Philip Scheffler, whose half-century career including a long stint as creator Don Hewitt’s right-hand man on CBS’ 60 Minutes, died today at New York Presbyterian/Weill Cornell Medical Center in Manhattan. He was 85.

cbs_news_logoScheffler had a direct hand in producing every 60 Minutes report for nearly a quarter-century — from when he was named newsmagazine’s senior producer in 1980 until his retirement in 2003. He later was executive editor for several years. Before his senior posts, Scheffler produced 60 Minutes segments for Mike Wallace, Morley Safer, Harry Reasoner and Dan Rather for nine years. When tempers flared in the screening room between Hewitt and one of his correspondents, it was the professorial Scheffler — sporting a bow tie and close-cropped beard — who played referee. “My job was to tell Don Hewett ‘no,'” he said in 60 Minutes Overtime interview (watch it above).

“Phil was a guiding force behind the success of 60 Minutes for more than two decades,” said the program’s current EP Jeff Fager, to whom Scheffler was a mentor and friend. “Don Hewitt often said he couldn’t have done it without him. He was a first-class journalist, an admirable human being and a great friend to many of us.  We will miss him very much.”

A native New Yorker Scheffler’s relationship with Hewitt dates to 1951, when the exec hired him as a copy boy on CBS’ Douglas Edwards with the News. Produced and directed by Hewitt, it had debuted in 1948 as the first network TV news program. Also in 1951, Scheffler became its first street reporter. His initial field assignment was to ask people whether they thought Gen. Dwight Eisenhower should enter politics and run for the Republican presidential nomination.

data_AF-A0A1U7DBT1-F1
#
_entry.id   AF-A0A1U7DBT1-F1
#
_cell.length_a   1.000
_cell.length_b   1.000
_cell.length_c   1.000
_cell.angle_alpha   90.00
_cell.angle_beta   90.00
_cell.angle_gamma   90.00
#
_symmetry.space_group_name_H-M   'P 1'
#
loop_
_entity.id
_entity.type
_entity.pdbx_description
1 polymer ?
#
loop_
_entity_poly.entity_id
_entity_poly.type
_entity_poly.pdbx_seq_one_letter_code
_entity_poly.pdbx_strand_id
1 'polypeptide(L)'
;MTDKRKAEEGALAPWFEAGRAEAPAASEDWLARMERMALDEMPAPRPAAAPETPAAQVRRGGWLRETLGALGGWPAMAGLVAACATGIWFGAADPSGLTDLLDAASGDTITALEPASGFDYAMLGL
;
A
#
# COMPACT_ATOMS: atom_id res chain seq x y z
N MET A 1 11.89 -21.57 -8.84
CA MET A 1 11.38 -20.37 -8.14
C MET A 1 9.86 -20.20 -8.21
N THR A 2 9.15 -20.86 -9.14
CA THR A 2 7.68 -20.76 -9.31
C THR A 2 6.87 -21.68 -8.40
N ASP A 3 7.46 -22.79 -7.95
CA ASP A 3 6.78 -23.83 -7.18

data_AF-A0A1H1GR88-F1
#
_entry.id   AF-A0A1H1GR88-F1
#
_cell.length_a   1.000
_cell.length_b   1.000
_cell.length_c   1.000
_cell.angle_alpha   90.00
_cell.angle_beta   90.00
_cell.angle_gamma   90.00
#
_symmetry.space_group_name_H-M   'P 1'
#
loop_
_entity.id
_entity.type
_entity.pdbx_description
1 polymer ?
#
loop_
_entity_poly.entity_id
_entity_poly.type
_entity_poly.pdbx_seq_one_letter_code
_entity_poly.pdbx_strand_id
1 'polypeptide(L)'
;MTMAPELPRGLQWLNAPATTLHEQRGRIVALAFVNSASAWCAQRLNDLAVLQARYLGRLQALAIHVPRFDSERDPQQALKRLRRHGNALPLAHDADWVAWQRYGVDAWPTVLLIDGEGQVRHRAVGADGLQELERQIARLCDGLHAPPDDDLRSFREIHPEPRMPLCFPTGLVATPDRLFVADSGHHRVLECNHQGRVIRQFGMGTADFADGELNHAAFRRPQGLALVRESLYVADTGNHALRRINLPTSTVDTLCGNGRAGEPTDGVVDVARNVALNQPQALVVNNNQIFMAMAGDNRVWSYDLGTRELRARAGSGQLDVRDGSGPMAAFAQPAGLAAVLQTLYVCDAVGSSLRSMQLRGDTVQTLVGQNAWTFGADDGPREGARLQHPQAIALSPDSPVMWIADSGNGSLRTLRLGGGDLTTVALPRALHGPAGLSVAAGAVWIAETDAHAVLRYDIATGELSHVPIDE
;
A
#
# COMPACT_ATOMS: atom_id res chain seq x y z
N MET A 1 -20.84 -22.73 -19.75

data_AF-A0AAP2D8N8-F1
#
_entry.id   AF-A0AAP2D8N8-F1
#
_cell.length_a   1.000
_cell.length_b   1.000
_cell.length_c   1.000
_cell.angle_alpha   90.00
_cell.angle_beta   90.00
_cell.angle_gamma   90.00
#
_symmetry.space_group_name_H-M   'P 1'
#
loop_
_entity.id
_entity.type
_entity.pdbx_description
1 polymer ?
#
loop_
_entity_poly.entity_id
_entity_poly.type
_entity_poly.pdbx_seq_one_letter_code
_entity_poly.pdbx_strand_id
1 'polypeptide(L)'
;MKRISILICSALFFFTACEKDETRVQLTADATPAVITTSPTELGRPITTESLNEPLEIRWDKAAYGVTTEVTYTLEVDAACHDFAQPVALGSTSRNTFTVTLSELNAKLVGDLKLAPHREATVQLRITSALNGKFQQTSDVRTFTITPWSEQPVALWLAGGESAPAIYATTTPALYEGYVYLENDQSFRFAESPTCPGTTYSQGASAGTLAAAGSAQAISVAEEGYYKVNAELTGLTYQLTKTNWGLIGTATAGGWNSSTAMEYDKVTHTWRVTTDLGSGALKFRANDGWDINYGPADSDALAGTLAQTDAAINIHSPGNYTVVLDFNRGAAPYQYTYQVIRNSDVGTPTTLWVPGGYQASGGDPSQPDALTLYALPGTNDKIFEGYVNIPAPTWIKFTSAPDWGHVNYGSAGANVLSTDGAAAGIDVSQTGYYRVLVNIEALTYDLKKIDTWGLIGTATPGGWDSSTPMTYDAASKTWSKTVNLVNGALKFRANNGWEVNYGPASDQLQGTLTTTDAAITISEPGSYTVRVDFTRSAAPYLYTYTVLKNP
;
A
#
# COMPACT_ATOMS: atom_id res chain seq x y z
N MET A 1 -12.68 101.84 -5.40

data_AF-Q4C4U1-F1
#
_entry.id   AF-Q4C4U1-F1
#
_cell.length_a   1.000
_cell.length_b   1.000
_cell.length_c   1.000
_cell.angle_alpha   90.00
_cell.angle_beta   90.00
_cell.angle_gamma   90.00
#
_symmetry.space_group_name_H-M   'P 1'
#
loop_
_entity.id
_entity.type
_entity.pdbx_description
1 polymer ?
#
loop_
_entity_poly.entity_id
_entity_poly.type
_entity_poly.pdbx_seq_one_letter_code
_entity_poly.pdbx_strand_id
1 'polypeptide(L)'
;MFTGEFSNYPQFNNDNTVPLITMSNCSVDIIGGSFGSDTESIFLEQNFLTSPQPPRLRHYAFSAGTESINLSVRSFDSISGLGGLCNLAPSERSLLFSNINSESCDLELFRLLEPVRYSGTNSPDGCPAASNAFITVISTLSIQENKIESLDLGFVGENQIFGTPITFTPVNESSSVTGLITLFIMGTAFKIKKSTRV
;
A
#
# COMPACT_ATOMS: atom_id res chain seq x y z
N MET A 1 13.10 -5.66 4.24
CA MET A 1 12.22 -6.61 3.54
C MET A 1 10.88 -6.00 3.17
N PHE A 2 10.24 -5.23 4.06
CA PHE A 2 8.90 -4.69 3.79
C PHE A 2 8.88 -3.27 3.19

Scheffler was drafted into the Army in 1953 and served his two years. During this period, he helped write and produced a weekly CBS series in which a Korean War recruit was followed through basic training at New Jersey’s Fort Dix. Scheffler returned to CBS and continued working as writer, reporter and producer for the nightly network news and other regularly scheduled CBS News programs through the 1950s.

From 1960-63. Scheffler served as associate producer and on-air reporter next gig for the news program Eyewitness.  He briefly served as an associate producer on The CBS Evening News with Walter Cronkite, where he covered the Kennedy assassination, before joining the documentary unit in 1964. There, Scheffler would produce more than 100 documentary and special news broadcasts. In 1981, he received the Alumni Award for distinguished contributions to journalism from the Columbia University Graduate School of Journalism. He also once taught classes there.

Scheffler is survived by his wife, Dr. Linda Weingarten Scheffler; daughter Ramsay Klaff; and son Adam.